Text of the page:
Sustainable Living: Reducing Our Greenhouse Gas Emissions

by Theresa Peluso

During this time of heated discussions at the international level between developed and developing countries about reducing our carbon emissions, it’s embarrassing to know that in 2010 Canada was ranked 15th out 17 OECD ( Organization for Economic Co-operation and Development ) countries on greenhouse gas (GHG) emissions per capita.  Only the U.S. and Australia did worse.

In a CBC news article dated June 28, 2011: “Households were responsible for 329 megatonnes or 45 per cent of Canada’s total emissions of greenhouse gases, Statistics Canada reported Tuesday in the first of two reports on Human Activity and the Environment. The household emissions include those generated directly through the use of heat, electricity and vehicles, and indirectly through the production of goods and services purchased by households…Household energy use increased 22 per cent between 1990 and 2007 from 5,528 petajoules to 6,739 petajoules.” (CBC News June 28, 2011)

It’s clear that each of us needs to do our utmost to reduce our carbon emissions.  Simply adopting the latest trends in green technology isn’t the answer if you end up with a larger house or bigger car or more electric and electronic appliances than you started out with.  And when people say that the goods they buy today break down sooner than say, 30 years ago, they’re right.  Not to mention the fact that many of these goods can’t be repaired – they often need to be replaced, with the result that all the carbon emissions that went into producing the appliances and gadgets you have right now will be produced again every two to ten years.

So, given that we live in the house we live in, and have the car and appliances that we have, how do we set about reducing our carbon footprint?  Most of us know about the basics, such as lowering the thermostat (reducing your thermostat setting by 1°C (1.8°F) can cut your heating bill by 10%) and turning off appliances and lights when not in use.  An audit by a qualified inspector to analyze the energy efficiency of your house (often with the help of equipment such as blower doors and infrared cameras) will identify the best ways to reduce heat loss (in the winter) and heat gain (in the summer). Sites such as www.canadianliving.com/life/green…/21 easy_ways_to_save_on_fuel offer suggestions for improving your car’s fuel economy. Replacing your incandescent lights with CFLs (compact fluorescent lightbulbs), which use about 70% less energy than incandescent lighting, helps.  Halogen lighting is almost as good; it uses up to 40% less energy.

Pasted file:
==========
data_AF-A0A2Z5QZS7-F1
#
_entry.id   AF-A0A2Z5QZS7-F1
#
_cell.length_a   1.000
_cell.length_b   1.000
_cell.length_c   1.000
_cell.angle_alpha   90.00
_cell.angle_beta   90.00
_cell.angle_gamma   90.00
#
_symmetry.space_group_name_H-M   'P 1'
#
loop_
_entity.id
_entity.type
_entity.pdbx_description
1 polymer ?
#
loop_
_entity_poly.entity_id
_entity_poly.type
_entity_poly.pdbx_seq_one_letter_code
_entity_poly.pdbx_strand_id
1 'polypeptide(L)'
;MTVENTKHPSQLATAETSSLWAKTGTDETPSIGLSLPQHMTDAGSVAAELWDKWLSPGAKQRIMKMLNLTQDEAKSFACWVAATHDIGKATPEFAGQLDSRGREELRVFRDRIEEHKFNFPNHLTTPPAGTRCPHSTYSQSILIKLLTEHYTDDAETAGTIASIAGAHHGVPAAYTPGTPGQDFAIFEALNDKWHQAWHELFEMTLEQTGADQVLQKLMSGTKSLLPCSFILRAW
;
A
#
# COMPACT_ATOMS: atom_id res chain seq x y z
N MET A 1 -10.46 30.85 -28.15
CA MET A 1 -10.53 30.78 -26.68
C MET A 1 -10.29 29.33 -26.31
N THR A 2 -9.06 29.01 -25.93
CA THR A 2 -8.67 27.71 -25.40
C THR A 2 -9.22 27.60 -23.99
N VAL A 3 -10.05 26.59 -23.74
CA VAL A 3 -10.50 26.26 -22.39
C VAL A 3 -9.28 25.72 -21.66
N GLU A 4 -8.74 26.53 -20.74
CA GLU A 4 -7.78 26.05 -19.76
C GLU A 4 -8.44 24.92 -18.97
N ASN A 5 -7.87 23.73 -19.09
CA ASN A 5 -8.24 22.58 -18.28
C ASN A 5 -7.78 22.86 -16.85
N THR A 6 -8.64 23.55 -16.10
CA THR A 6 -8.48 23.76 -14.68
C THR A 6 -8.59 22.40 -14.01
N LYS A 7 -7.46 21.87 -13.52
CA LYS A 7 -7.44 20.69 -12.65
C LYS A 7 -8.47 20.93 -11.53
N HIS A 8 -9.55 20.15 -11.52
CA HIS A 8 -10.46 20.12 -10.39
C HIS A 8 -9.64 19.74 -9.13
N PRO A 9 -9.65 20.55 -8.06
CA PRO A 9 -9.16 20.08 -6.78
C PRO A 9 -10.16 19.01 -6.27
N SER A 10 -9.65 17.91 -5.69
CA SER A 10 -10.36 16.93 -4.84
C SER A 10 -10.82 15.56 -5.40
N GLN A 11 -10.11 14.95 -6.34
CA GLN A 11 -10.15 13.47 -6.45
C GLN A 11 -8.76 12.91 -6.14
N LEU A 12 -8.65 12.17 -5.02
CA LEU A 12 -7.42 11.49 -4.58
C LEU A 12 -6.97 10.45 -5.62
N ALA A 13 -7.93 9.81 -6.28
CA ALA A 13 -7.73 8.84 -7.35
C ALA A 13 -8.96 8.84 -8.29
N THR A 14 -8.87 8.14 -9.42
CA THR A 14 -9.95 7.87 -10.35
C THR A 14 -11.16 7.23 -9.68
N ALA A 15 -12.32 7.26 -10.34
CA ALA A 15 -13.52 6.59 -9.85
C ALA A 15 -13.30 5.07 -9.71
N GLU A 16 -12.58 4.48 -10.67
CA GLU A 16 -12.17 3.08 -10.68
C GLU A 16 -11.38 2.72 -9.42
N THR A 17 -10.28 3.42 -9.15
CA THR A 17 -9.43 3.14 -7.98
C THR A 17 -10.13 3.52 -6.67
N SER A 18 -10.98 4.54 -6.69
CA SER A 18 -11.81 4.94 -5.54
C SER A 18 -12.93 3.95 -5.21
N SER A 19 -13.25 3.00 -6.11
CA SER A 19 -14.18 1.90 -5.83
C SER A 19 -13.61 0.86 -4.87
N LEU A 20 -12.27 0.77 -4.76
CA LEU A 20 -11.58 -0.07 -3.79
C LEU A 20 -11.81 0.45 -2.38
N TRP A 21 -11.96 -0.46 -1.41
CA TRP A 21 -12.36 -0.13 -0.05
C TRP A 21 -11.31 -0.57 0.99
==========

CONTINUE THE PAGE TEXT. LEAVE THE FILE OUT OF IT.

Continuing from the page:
Here are some other interesting numbers. A plasma TV on power 6 hours a day produces 296 kg CO2 per year. A fridge freezer produces 116 kg, an electric tumble dryer produces159 kg (148 uses per year), electric stove elements produce 129 kg (424 uses per year), an electric oven produces 91 kg (135 uses per year).  (Information taken from www.carbonfootprint.com.)

And here is even more advice from National Geographic Magazine “Green” House Tips. A fridge with a top or bottom freezer will save 15 percent more in annual refrigerated-related energy costs than a side-by-side model, which lets more chilled air escape. Refrigerators with icemakers and water dispensers in the door can increase energy use by almost 20 percent. Gas appliances are roughly 50% more efficient than electric ones. Hanging your clothes out to dry is infinitely more efficient than any kind of dryer, and that crisp feel and fresh smell is second to none. Although front-loading washing machines use less water and energy than top-loading machines, there have been numerous complaints that they’re more likely to develop problems, and they’re certainly more expensive than the top loaders.  The newer top loaders, though, are reported to be more energy efficient than the older top loaders. One more thing: By switching from hot to cold water when doing your laundry, you can reduce your carbon footprint, and save money too.  Plus, your clothes will last longer and fade less.

Finally (because I’m running out of time and space), did you know that pumping water is in most cases the highest municipal component for electricity demand? Using rain barrels is a great alternative to municipal water for your garden.  If you’re on a well, rain has a much lower sodium content than the water in most wells around here. And of course, low-flow shower heads and toilets help too, as well as fixing any leaks and not letting tap water run needlessly. Turning off the water when you brush your teeth can save up to 4.5 gallons (17 liters) every time you brush.

There is so much we can do to reduce our carbon footprint simply by changing our own personal habits.  To get started, why don’t you take one of the on-line quizzes to calculate your carbon footprint?  One website is www.carbonfootprint.com/calculator.aspx.  Another is www.zerofootprint.net.

To be continued next month!